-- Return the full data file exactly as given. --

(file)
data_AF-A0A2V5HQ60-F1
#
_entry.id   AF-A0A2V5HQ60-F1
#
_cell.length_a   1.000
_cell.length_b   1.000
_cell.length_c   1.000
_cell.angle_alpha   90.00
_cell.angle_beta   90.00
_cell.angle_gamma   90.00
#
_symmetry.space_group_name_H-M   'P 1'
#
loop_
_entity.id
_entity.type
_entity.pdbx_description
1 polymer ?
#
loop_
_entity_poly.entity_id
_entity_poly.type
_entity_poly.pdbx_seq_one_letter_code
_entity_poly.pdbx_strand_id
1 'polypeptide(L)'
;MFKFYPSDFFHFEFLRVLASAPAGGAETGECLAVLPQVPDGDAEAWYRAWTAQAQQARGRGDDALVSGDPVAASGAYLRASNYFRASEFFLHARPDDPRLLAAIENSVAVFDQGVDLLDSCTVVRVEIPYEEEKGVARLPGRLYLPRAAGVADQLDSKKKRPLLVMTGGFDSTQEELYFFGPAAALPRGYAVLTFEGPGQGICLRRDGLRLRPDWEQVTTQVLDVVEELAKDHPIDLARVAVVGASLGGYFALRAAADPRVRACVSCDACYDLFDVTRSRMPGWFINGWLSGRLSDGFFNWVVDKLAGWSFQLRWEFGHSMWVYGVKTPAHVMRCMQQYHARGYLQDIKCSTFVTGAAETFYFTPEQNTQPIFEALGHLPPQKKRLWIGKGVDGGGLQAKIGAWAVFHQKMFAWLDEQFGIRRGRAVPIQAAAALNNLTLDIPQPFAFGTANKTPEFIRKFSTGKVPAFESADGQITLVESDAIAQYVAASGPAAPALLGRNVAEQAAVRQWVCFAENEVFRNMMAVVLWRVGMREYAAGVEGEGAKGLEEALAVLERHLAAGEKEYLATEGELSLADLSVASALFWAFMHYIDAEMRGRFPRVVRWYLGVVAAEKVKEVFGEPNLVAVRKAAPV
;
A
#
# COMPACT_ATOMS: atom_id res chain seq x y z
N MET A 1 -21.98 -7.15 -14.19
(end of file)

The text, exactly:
data_AF-A0A2V5HQ60-F1
#
_entry.id   AF-A0A2V5HQ60-F1
#
_cell.length_a   1.000
_cell.length_b   1.000
_cell.length_c   1.000
_cell.angle_alpha   90.00
_cell.angle_beta   90.00
_cell.angle_gamma   90.00
#
_symmetry.space_group_name_H-M   'P 1'
#
loop_
_entity.id
_entity.type
_entity.pdbx_description
1 polymer ?
#
loop_
_entity_poly.entity_id
_entity_poly.type
_entity_poly.pdbx_seq_one_letter_code
_entity_poly.pdbx_strand_id
1 'polypeptide(L)'
;MFKFYPSDFFHFEFLRVLASAPAGGAETGECLAVLPQVPDGDAEAWYRAWTAQAQQARGRGDDALVSGDPVAASGAYLRASNYFRASEFFLHARPDDPRLLAAIENSVAVFDQGVDLLDSCTVVRVEIPYEEEKGVARLPGRLYLPRAAGVADQLDSKKKRPLLVMTGGFDSTQEELYFFGPAAALPRGYAVLTFEGPGQGICLRRDGLRLRPDWEQVTTQVLDVVEELAKDHPIDLARVAVVGASLGGYFALRAAADPRVRACVSCDACYDLFDVTRSRMPGWFINGWLSGRLSDGFFNWVVDKLAGWSFQLRWEFGHSMWVYGVKTPAHVMRCMQQYHARGYLQDIKCSTFVTGAAETFYFTPEQNTQPIFEALGHLPPQKKRLWIGKGVDGGGLQAKIGAWAVFHQKMFAWLDEQFGIRRGRAVPIQAAAALNNLTLDIPQPFAFGTANKTPEFIRKFSTGKVPAFESADGQITLVESDAIAQYVAASGPAAPALLGRNVAEQAAVRQWVCFAENEVFRNMMAVVLWRVGMREYAAGVEGEGAKGLEEALAVLERHLAAGEKEYLATEGELSLADLSVASALFWAFMHYIDAEMRGRFPRVVRWYLGVVAAEKVKEVFGEPNLVAVRKAAPV
;
A
#
# COMPACT_ATOMS: atom_id res chain seq x y z
N MET A 1 -21.98 -7.15 -14.19